Pianist Sergio Tiempo was championed from childhood by Martha Argerich; now 41 years old, he’s still every bit the fresh-faced wunderkind.

You made your Australian debut with the Queensland Symphony in 2011, and
came back the following year. What were your impressions?

It’s starting to become like a family for me. I feel so at home every time I’m there; I love the people, I love the orchestra. The idea of going to Australia was like going to Narnia — the most magical place on the planet or something, and I made a fantastic connection with all the people there.

Speaking of fantastic connections, your mentor growing up was Martha Argerich. What was her most important advice?

She always told me something she tells herself and that is to never imitate yourself. If you play a piece so many times in your life, there is a moment where you’ve played it wonderfully or you’re very happy with yourself, and you want to recreate this very same thing the next time. But the fact that you’re trying to do so will inevitably make it sound like a caricature of yourself, somehow. We need to accept that once it can be wonderful and another time it
can be less wonderful and another time it can be even more so – this is the beauty
of creating something in the moment which is unique and will never be repeated anywhere. That’s why I also love the idea of live recordings because they give you the illusion of capturing this.

Do you remember the first time
you played for Martha?


At the time, I didn’t even really know she was Martha. She was a family friend I grew up knowing as an aunt or something; I wasn’t that impressed. I would be playing for myself and she would be listening behind the door and so on. But at some point I did find out who she was, and that was a huge revelation in my life, so that the next time I played for her I was shaking all over!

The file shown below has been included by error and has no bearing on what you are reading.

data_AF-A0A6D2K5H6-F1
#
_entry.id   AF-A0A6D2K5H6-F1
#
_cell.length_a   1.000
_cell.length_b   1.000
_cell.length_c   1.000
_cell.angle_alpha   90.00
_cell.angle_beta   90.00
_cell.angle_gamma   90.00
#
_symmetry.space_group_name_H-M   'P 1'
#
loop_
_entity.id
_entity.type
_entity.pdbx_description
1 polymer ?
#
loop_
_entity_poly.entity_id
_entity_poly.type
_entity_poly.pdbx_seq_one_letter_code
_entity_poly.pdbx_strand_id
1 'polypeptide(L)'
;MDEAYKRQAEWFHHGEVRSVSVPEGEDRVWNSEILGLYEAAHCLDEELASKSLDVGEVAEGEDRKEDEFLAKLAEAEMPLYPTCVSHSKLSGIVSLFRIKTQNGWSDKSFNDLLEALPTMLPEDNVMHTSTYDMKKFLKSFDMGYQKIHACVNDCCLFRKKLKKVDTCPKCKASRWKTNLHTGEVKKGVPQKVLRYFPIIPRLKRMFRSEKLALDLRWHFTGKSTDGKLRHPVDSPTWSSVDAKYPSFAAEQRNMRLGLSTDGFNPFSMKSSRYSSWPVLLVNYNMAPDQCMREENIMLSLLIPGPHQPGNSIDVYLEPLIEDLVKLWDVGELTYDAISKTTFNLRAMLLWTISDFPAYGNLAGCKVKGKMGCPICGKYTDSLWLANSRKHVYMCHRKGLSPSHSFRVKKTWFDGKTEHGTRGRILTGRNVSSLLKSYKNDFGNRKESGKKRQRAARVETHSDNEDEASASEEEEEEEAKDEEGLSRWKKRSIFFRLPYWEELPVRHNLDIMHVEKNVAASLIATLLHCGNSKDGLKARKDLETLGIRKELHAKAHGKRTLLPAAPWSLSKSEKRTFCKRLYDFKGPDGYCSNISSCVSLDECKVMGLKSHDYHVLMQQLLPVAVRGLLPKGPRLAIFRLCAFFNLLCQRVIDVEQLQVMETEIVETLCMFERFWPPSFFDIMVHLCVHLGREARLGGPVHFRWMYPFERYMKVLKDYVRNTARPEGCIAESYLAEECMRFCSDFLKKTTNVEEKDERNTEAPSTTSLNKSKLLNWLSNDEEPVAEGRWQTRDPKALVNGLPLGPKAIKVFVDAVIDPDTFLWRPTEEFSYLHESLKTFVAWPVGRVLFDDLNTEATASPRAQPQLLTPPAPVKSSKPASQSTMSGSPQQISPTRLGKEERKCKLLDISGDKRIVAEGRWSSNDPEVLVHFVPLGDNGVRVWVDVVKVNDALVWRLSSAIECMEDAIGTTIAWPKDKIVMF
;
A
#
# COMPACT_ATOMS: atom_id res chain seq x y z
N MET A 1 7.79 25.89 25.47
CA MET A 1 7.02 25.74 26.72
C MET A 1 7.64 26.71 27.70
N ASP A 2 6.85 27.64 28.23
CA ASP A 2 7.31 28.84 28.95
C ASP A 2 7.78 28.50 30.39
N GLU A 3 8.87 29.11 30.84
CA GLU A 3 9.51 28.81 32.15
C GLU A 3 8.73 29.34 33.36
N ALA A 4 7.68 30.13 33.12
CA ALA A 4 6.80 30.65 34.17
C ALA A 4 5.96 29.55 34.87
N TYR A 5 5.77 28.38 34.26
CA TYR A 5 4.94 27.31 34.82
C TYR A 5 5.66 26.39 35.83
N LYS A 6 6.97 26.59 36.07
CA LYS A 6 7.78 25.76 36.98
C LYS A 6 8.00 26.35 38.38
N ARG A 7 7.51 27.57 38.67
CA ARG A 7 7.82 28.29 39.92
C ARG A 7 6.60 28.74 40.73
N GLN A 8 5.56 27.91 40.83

I think it was at her house in Switzerland when I was around 12; I played the Andante Spianato et Grande Polonaise by Chopin for her, because I had heard her version and loved it. Mostly I remember she wanted me to listen to a very strange Alfred Cortot recording where he is basically all over the place and making absolutely no sense. She wanted me to listen just to realise that even the greatest can basically have an off day. And he was so valiant to actually leave it recorded; to say, “That’s just life.” Sometimes you miss.

Do you have any off days where you ‘miss’?

Yes, unfortunately. I think there are some very off days and those are just horrible
and you hope they won’t happen. And then there are just normal days which are off days simply because they are not the special and magic moment that you always strive for.

In Venezuela music education has had a profound impact on young musicians. Although you’re not a product of El Sistema, were you steeped in the spirit of it?

I’m old enough to say that I was there when it all started. It’s a system that targets orchestral musicians, so the piano has a very minor role in that. But my mum was an incredible presence in Venezuela as a piano teacher and she formed so many young wonderful musicians and pianists like Gabriela Montero for example. She was sort of the Sistema for piano, but all on her own. However, El Sistema is revolutionary on a musical level as well as on a social level, so I really hope more countries will be able to adopt this. They will have to be patient – it took over 30 years to give birth to a Dudamel or an orchestra the calibre of Simón Bolívar.

You’ve often played concertos with Dudamel conducting – how would you characterise his style?


Wow, it’s so much fun. I’ve never actually met a conductor who has this unbelievably overwhelming energy and joie de vivre, which is so terribly contagious because when you’re with him you catch this energy.